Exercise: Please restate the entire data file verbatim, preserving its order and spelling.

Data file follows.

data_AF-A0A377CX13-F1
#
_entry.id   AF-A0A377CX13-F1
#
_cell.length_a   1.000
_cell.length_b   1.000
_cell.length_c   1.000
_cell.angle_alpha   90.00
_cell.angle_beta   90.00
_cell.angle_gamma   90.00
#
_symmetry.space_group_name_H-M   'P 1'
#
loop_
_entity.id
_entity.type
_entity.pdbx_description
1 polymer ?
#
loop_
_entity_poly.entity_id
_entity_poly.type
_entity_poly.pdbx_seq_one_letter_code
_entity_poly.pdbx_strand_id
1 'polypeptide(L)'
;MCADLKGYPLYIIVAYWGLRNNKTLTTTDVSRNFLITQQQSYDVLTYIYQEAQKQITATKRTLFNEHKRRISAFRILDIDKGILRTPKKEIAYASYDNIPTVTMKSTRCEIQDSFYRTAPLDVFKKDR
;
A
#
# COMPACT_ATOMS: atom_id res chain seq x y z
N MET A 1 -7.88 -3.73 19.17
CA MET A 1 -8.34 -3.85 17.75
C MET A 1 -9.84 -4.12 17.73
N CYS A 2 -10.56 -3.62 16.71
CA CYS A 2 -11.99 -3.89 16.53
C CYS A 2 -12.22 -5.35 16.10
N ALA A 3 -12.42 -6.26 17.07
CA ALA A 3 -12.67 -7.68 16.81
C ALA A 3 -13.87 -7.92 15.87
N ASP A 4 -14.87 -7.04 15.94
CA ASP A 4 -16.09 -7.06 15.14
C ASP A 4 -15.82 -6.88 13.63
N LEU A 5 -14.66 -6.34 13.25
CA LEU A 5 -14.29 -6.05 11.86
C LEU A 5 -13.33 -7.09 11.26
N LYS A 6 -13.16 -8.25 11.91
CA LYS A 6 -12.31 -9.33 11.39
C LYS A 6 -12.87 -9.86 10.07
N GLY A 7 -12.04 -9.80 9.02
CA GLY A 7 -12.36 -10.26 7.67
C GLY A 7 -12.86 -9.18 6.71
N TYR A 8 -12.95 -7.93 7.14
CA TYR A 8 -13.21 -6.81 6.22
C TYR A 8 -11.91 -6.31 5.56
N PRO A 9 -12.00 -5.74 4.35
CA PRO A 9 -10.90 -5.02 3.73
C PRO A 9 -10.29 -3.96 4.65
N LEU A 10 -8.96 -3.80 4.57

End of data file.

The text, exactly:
data_AF-A0A377CX13-F1
#
_entry.id   AF-A0A377CX13-F1
#
_cell.length_a   1.000
_cell.length_b   1.000
_cell.length_c   1.000
_cell.angle_alpha   90.00
_cell.angle_beta   90.00
_cell.angle_gamma   90.00
#
_symmetry.space_group_name_H-M   'P 1'
#
loop_
_entity.id
_entity.type
_entity.pdbx_description
1 polymer ?
#
loop_
_entity_poly.entity_id
_entity_poly.type
_entity_poly.pdbx_seq_one_letter_code
_entity_poly.pdbx_strand_id
1 'polypeptide(L)'
;MCADLKGYPLYIIVAYWGLRNNKTLTTTDVSRNFLITQQQSYDVLTYIYQEAQKQITATKRTLFNEHKRRISAFRILDIDKGILRTPKKEIAYASYDNIPTVTMKSTRCEIQDSFYRTAPLDVFKKDR
;
A
#
# COMPACT_ATOMS: atom_id res chain seq x y z
N MET A 1 -7.88 -3.73 19.17
CA MET A 1 -8.34 -3.85 17.75
C MET A 1 -9.84 -4.12 17.73
N CYS A 2 -10.56 -3.62 16.71
CA CYS A 2 -11.99 -3.89 16.53
C CYS A 2 -12.22 -5.35 16.10
N ALA A 3 -12.42 -6.26 17.07
CA ALA A 3 -12.67 -7.68 16.81
C ALA A 3 -13.87 -7.92 15.87
N ASP A 4 -14.87 -7.04 15.94
CA ASP A 4 -16.09 -7.06 15.14
C ASP A 4 -15.82 -6.88 13.63
N LEU A 5 -14.66 -6.34 13.25
CA LEU A 5 -14.29 -6.05 11.86
C LEU A 5 -13.33 -7.09 11.26
N LYS A 6 -13.16 -8.25 11.91
CA LYS A 6 -12.31 -9.33 11.39
C LYS A 6 -12.87 -9.86 10.07
N GLY A 7 -12.04 -9.80 9.02
CA GLY A 7 -12.36 -10.26 7.67
C GLY A 7 -12.86 -9.18 6.71
N TYR A 8 -12.95 -7.93 7.14
CA TYR A 8 -13.21 -6.81 6.22
C TYR A 8 -11.91 -6.31 5.56
N PRO A 9 -12.00 -5.74 4.35
CA PRO A 9 -10.90 -5.02 3.73
C PRO A 9 -10.29 -3.96 4.65
N LEU A 10 -8.96 -3.80 4.57